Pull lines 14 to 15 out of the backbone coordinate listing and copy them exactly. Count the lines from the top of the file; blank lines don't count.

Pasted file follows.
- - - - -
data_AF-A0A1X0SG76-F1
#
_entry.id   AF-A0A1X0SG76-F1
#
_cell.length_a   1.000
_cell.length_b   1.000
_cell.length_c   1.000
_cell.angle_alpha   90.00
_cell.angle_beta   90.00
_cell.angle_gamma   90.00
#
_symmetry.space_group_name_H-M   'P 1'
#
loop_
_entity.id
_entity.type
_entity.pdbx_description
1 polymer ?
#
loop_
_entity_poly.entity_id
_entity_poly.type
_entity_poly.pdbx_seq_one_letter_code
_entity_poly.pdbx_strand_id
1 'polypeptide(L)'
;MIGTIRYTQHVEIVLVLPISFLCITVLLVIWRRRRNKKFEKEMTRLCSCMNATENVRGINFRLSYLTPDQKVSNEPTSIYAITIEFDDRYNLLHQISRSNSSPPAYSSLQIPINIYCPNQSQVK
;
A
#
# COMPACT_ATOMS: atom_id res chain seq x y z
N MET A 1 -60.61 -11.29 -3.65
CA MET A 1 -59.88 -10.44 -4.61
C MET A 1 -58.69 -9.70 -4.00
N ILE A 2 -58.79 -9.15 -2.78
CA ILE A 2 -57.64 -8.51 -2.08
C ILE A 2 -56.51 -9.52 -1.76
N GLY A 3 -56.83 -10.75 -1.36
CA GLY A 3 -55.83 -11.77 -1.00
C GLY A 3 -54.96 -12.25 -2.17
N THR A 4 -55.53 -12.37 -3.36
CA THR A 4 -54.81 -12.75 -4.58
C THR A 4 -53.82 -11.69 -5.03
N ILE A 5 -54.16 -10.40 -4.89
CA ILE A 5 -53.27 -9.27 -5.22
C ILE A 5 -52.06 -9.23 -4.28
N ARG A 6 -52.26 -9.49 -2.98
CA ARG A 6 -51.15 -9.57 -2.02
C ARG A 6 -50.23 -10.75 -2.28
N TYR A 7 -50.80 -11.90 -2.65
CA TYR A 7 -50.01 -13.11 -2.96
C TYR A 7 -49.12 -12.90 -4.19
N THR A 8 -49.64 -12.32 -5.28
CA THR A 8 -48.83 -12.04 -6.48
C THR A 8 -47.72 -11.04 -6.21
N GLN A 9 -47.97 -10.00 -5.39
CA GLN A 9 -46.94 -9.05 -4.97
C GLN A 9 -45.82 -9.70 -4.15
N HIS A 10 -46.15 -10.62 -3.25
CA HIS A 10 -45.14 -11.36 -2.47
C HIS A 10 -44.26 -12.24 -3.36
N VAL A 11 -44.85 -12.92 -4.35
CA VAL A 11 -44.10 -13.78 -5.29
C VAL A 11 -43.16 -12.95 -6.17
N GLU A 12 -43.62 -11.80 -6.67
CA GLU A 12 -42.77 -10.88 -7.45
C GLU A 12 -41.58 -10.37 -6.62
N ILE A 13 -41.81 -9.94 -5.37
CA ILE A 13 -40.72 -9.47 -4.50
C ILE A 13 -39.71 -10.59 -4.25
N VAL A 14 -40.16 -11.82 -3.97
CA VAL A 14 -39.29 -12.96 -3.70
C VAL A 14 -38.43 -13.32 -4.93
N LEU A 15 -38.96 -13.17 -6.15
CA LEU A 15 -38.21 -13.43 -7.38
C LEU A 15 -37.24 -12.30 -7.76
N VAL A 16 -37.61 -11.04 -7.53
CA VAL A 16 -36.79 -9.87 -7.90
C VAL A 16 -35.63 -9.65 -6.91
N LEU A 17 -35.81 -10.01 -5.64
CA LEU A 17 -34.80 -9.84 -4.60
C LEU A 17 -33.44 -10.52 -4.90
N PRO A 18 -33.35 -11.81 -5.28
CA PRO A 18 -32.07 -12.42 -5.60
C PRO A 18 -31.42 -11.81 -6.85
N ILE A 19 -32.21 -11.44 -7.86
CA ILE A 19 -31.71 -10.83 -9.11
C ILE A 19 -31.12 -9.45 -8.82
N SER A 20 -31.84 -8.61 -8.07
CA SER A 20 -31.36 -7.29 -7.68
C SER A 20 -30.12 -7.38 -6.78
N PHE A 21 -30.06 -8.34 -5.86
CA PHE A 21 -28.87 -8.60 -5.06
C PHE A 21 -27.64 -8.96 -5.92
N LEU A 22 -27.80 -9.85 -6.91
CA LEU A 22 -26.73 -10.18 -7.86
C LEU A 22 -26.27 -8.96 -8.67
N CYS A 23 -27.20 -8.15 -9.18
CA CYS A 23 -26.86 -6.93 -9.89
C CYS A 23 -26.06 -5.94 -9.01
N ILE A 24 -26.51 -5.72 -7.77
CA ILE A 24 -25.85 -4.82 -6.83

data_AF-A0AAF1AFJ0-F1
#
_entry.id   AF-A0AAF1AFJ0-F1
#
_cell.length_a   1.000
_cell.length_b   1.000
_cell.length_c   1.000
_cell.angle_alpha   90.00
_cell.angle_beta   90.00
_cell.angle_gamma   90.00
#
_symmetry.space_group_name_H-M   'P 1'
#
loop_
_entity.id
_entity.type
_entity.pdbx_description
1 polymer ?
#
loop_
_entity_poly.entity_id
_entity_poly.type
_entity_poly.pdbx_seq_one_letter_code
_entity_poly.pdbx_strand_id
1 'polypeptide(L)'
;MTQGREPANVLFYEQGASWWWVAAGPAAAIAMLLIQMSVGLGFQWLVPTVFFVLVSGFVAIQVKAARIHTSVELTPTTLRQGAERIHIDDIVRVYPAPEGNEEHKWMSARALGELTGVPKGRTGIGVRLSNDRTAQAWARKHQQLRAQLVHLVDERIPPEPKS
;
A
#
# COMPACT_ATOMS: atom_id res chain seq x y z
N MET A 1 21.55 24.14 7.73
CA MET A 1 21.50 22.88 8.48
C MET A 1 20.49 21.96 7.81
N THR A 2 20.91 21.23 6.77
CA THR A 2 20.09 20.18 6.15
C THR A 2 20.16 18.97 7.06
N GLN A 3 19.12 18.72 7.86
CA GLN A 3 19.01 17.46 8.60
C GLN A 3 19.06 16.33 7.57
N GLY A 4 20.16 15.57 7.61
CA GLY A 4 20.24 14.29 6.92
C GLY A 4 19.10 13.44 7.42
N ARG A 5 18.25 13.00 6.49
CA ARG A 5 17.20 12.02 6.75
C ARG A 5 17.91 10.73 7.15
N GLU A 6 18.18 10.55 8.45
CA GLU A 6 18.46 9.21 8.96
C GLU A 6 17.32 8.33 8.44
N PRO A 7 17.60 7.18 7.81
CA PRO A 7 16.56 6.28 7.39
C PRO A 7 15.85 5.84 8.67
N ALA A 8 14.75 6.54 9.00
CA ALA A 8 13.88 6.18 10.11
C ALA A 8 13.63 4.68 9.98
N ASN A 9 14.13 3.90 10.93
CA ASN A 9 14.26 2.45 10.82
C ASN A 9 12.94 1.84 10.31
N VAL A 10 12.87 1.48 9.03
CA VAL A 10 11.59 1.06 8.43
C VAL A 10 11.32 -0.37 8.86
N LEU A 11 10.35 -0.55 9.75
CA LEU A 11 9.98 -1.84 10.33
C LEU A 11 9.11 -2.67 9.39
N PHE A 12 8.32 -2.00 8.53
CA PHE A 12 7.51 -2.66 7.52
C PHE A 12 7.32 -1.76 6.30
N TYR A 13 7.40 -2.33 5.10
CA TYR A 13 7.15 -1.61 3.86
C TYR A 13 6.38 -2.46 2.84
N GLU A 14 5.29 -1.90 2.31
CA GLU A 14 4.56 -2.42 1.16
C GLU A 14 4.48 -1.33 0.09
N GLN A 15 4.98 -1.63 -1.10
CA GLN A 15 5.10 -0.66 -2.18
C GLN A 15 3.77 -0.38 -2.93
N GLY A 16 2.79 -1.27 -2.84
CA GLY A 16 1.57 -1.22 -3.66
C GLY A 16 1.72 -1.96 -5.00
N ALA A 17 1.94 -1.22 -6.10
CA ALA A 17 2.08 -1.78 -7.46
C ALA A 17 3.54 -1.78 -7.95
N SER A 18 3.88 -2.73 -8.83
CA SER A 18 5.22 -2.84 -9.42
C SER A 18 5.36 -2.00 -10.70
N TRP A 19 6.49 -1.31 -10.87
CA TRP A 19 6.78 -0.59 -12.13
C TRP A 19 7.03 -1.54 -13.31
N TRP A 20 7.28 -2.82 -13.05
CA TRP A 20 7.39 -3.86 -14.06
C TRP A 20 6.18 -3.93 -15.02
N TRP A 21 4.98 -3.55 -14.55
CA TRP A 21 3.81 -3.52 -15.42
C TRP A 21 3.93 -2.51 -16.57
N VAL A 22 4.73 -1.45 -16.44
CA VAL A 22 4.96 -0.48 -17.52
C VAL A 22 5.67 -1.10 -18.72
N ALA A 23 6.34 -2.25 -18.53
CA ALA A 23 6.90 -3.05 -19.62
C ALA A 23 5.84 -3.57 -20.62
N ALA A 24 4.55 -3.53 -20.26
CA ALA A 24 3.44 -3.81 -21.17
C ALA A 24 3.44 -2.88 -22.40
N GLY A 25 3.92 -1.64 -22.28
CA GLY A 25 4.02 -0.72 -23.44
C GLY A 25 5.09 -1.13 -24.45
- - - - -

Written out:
loop_
_entity.id